“We are open-minded, unlike the Palestinians, who immediately, I don’t think they even bothered to read the details of the plan, they announced that they will not accept it, and I think President Abbas planned his visit to New York immediately,” said Danon. “And that’s unfortunate because it is part of the Palestinians’ approach to always say no. When you look at the history of the Israelis compared to the Palestinians, when we were offered a state more than 70 years ago, we grabbed it. We were not happy about it, we had arguments, but [David] Ben-Gurion back then said we will take it and we will move on, and that’s what we did, and look where we are today. And the Palestinians always say … ‘it is not enough, it is not good, we don’t like that, we don’t trust this guy’ and always say no, and that is what they are doing today with the peace plan.”
The Trump Administration, led by the plan’s chief architect Jared Kushner, made an effort to reach out to Sunni Arab states while preparing the plan. Many of these countries have also become closer with Israel in recent years, particularly as they share concerns over Iran’s ambitions in the region. Envoys from Bahrain, Oman and the UAE participated at the Jan. 28 White House event. But earlier this month, the Arab League voted unanimously to reject the plan, which Danon referred to as “the gang mentality.”
“When you deal with an ambassador and you speak with him, you can share ideas,” said Danon. “But when they come together, the most radical country will drag the rest to their radical ideas, radical resolutions.”
Though some right-wing elements in Israeli government are calling for immediate annexations, the Trump administration has warned Israel against annexation without U.S. consent, and Danon on Monday, citing past statements by Netanyahu, reiterated that “any step, if it will be taken, it will be [in] coordination with the administration.”
Danon said time is running out for the Palestinians to achieve their objectives, and that refusing to negotiate will only hurt them.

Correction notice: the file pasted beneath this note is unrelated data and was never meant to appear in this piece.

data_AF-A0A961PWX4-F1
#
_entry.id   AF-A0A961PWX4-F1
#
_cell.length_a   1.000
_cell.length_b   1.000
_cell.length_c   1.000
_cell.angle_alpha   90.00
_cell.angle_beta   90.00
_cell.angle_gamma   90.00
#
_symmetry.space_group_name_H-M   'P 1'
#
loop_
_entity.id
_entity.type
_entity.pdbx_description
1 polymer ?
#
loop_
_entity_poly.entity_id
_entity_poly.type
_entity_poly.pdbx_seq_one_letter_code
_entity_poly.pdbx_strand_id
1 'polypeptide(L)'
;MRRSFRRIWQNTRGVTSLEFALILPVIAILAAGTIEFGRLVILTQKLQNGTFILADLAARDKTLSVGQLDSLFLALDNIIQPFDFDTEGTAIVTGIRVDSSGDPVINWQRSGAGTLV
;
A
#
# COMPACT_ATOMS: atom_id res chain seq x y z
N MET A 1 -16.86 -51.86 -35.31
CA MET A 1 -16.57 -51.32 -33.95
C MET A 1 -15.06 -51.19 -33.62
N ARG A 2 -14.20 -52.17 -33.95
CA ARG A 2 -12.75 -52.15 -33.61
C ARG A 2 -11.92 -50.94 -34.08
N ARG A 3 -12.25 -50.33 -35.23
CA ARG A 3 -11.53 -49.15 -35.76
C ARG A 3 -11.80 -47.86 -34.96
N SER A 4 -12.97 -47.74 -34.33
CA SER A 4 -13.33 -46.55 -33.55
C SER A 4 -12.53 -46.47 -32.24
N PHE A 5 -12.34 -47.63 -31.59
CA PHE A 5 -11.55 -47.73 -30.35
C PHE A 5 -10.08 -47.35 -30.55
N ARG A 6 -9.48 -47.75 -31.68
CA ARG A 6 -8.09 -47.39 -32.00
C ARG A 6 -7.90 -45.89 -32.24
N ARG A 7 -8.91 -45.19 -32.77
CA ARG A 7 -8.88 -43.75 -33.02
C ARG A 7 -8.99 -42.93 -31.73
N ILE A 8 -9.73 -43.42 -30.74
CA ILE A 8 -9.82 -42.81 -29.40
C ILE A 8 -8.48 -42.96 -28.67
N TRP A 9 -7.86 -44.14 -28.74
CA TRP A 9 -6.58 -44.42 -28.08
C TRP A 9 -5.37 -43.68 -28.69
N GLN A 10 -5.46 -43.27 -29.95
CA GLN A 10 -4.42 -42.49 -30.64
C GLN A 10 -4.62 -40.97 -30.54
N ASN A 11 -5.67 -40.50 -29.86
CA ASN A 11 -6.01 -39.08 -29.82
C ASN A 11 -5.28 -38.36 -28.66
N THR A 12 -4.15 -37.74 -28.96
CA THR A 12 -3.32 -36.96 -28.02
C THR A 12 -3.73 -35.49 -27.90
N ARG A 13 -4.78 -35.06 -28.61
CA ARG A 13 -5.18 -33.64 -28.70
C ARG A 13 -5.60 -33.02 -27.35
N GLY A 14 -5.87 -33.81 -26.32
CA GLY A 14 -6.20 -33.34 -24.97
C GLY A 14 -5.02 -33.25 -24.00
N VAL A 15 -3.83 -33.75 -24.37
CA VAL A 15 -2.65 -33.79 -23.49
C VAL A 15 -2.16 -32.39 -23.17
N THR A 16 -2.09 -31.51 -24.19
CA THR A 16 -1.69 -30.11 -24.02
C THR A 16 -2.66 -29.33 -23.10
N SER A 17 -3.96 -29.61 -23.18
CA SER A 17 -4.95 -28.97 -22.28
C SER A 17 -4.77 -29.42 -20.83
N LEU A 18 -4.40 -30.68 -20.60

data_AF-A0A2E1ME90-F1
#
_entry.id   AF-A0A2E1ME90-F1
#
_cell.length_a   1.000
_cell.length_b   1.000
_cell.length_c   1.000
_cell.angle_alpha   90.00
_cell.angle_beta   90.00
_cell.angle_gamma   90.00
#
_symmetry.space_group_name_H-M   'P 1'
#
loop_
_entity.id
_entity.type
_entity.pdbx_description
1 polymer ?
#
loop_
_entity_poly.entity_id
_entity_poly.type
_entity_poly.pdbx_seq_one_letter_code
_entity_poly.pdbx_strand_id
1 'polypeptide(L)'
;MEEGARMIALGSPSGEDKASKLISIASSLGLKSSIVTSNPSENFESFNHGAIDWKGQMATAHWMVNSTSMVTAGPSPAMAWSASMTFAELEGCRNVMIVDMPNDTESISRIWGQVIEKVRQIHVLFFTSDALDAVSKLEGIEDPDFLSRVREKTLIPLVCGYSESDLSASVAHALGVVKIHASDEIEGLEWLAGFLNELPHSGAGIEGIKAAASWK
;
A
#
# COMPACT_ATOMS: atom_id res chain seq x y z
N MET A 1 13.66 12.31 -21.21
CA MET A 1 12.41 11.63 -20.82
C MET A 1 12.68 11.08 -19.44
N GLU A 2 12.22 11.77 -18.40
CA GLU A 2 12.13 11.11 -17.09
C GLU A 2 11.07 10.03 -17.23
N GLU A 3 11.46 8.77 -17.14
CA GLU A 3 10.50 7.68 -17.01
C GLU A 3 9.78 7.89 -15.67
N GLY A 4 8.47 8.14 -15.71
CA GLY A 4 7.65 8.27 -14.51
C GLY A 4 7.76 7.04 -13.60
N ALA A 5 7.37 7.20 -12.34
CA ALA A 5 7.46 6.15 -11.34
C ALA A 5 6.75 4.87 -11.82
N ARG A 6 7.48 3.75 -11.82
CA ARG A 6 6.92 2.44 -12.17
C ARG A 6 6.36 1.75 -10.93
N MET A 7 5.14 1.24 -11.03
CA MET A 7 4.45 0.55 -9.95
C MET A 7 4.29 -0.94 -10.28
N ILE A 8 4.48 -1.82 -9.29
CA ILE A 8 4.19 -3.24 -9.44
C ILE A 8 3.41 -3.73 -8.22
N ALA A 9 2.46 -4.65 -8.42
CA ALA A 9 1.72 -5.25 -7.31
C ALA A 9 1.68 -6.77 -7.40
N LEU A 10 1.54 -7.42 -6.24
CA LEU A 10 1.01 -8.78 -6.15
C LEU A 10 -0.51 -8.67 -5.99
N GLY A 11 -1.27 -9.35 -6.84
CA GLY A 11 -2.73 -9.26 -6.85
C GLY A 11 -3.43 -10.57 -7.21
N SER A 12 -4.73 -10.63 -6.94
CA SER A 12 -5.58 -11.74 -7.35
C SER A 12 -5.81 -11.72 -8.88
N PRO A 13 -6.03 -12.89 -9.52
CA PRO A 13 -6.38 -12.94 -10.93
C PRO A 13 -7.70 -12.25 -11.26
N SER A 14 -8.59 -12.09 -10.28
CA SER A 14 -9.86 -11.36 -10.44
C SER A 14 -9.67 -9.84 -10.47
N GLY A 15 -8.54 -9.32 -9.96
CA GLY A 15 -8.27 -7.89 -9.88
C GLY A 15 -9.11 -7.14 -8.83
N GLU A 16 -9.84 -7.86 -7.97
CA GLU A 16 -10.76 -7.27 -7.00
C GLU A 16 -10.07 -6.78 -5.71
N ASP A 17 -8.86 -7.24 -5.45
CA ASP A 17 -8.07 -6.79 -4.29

The plan is “kind of a reality check for the Palestinians,” said the ambassador. “I believe that the Jordan Valley should be part of Israel and I think that there are some assumptions that it’s a given, and if the Palestinians will not negotiate, it will become a reality without them. I think that’s what they have to understand from the administration. And by the way, some people, also in the Arab world, are getting tired [of] the games of the Palestinians.”
The Trump plan also calls for $50 billion of international investment in the Palestinian economy, which Danon believes could be “a game changer for the Palestinians.” But, he said, “I feel bad for the Palestinians in Gaza, in the West Bank, because it looks like they will ignore these proposals again and they will stay where they are.”
Trump, a Republican, faces a reelection battle this year. Some Democratic candidates are seen as pro-Palestinian and may not be interested in implementing the Trump peace plan.
Nevertheless, said Danon, “no matter who is the president in the White House, we will have to sit down and negotiate with the Palestinians. Maybe one time we will feel that the U.S. is on our side, or the next time the Palestinians will feel that the administration is supporting them, but at the end of the day, we will have to be in the room negotiating the issues. And what the peace plan did, it came up with new ideas, and that‘s what’s important, because, you know, maybe if [it] didn’t work for 70 years with the old ideas, maybe it is time to think about new ideas.”